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Beverly B has commented on (240) products.

The Madman of Piney Woods by Christopher Paul Curtis
The Madman of Piney Woods

Beverly B, May 21, 2015

Christopher Paul Curtis is an amazing writer. He keeps giving us important, realistic historical fiction novels that are also suspenseful, funny, poignant and insightful. The Madman of Piney Woods is most definitely in this category. Madman starts out as two different stories from two different points of view. Benji a Buxton child, and Red, an Irish immigrant, are very different boys, living two very different lives, until their stories come together in a chance encounter that will change both boys and both families. Curtis weaves facts about the Civil War, Irish famine and prejudice seamlessly through the story without once sounding preachy. Set in the same Canadian town as Elijah of Buxton, Madman is the story of second generation family descended from runaway slaves. It is also the story of a family of Irish immigrants who fled persecution and starvation in Ireland and settled in a town just outside of Buxton. Curtis creates characters whose racial hatred is despicable, but he also shows how their dark hearts and souls were formed by horrible circumstances and/or a horrible upbringing. Most importantly, he shows how love, respect and acceptance can change a hardened heart. And he does this in a story that is fast paced, entertaining and memorable. I would love to read more of the adventures of Benji and Red.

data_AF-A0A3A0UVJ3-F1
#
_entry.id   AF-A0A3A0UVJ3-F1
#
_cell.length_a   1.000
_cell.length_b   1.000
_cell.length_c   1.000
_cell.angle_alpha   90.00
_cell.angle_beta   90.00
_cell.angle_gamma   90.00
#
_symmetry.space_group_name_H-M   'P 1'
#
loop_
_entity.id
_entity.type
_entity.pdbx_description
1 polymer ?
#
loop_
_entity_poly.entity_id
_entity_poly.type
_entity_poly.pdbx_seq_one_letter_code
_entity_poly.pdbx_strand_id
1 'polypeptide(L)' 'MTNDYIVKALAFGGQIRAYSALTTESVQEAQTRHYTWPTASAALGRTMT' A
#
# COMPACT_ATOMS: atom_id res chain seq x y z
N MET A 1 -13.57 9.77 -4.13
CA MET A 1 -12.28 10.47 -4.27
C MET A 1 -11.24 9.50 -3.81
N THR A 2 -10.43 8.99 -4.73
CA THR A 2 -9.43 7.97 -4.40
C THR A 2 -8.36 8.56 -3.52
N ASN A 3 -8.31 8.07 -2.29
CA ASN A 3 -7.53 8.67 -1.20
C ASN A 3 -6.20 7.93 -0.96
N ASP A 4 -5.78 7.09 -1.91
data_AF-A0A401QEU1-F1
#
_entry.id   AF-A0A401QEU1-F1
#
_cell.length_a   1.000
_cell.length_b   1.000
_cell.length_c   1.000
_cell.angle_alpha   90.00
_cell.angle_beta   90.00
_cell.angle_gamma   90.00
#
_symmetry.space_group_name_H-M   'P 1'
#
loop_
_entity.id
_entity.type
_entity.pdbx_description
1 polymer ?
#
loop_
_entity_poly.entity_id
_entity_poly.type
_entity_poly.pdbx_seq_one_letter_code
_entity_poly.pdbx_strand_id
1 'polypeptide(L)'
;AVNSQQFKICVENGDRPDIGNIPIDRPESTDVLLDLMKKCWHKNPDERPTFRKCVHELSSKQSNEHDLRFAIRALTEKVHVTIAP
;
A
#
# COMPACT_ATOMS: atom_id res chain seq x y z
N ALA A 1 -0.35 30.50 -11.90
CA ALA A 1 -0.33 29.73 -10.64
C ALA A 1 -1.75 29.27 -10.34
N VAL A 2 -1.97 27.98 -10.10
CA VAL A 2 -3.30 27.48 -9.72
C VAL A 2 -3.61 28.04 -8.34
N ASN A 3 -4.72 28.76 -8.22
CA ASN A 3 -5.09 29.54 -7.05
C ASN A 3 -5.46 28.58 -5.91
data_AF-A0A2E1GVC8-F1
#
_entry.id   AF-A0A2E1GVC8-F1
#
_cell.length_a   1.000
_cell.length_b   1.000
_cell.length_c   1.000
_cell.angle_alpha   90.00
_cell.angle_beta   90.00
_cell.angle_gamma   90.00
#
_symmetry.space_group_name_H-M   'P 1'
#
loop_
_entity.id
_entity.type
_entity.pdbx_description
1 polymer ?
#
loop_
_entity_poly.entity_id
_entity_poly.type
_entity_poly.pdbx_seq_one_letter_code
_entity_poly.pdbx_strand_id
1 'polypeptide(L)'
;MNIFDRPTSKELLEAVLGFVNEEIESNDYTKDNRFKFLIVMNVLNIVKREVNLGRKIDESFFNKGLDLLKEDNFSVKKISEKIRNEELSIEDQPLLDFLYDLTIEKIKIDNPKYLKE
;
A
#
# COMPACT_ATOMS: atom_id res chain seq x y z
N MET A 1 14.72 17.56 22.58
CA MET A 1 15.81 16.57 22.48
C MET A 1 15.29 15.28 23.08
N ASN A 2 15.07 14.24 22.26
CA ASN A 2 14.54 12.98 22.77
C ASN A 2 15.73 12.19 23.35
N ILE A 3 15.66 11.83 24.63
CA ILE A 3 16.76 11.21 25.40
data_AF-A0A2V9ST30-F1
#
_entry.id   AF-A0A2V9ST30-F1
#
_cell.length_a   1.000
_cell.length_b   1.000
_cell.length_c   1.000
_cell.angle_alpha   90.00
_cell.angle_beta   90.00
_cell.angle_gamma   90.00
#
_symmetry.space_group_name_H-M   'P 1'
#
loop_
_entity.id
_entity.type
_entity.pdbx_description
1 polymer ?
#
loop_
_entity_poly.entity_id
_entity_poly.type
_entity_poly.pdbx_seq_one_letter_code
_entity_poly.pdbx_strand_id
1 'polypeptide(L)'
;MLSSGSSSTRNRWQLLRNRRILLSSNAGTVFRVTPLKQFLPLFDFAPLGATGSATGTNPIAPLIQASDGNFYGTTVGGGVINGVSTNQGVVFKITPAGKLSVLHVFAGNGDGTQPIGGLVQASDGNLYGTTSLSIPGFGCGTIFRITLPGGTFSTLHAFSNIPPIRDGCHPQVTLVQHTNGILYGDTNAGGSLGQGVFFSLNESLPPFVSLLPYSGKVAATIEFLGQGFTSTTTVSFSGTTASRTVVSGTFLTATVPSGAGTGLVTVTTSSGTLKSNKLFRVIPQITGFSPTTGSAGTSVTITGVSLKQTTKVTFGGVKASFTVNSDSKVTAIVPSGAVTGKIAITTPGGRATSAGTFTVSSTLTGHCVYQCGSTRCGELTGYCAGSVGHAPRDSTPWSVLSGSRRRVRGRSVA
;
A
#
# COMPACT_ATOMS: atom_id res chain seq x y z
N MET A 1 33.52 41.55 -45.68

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Under a Painted Sky by Stacey Lee
Under a Painted Sky

Beverly B, May 21, 2015

Under a Painted Sky had me laughing out loud and biting my nails. An historical fiction adventure starring two teen runaways, a hotel slave and a Chinese American musician wanted for murder, Samantha and Annamae are not the kind of young adults you'd expect to see riding across the country on the Oregon Trail. In fact, you wouldn't see them at all because they disguise themselves as boys. The girls trying to learn to behave as "real cowboys" is hysterical. They are complete city slickers. Neither knows how to ride a horse, shoot, or follow a trail, but they know there are warrants out for their arrest, and they will be executed if they are captured. When they are adopted by a band of young cowboys, Sammy and Andy hope they can keep their identities hidden long enough to learn survival skills from the young men and get escorted to someplace close to their destination. The boys are as country and uncouth as the girls are proper and civilized. The miscommunication between the two groups who barely speak the same language (even though everyone speaks English fluently) is comical. Between the humorous events is a very realistic story of life on the Oregon Trail. The dangers, disease and violence are portrayed in chilling and dark detail. Samantha and Annamae realize they must be quick learners if they are going to survive. Unfortunately for the girls, wisdom is not learned as quickly as hunting and riding skills, and a few impulsive decisions put the entire group in grave danger.
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Murder Is Bad Manners (Wells & Wong Mystery) by Robin Stevens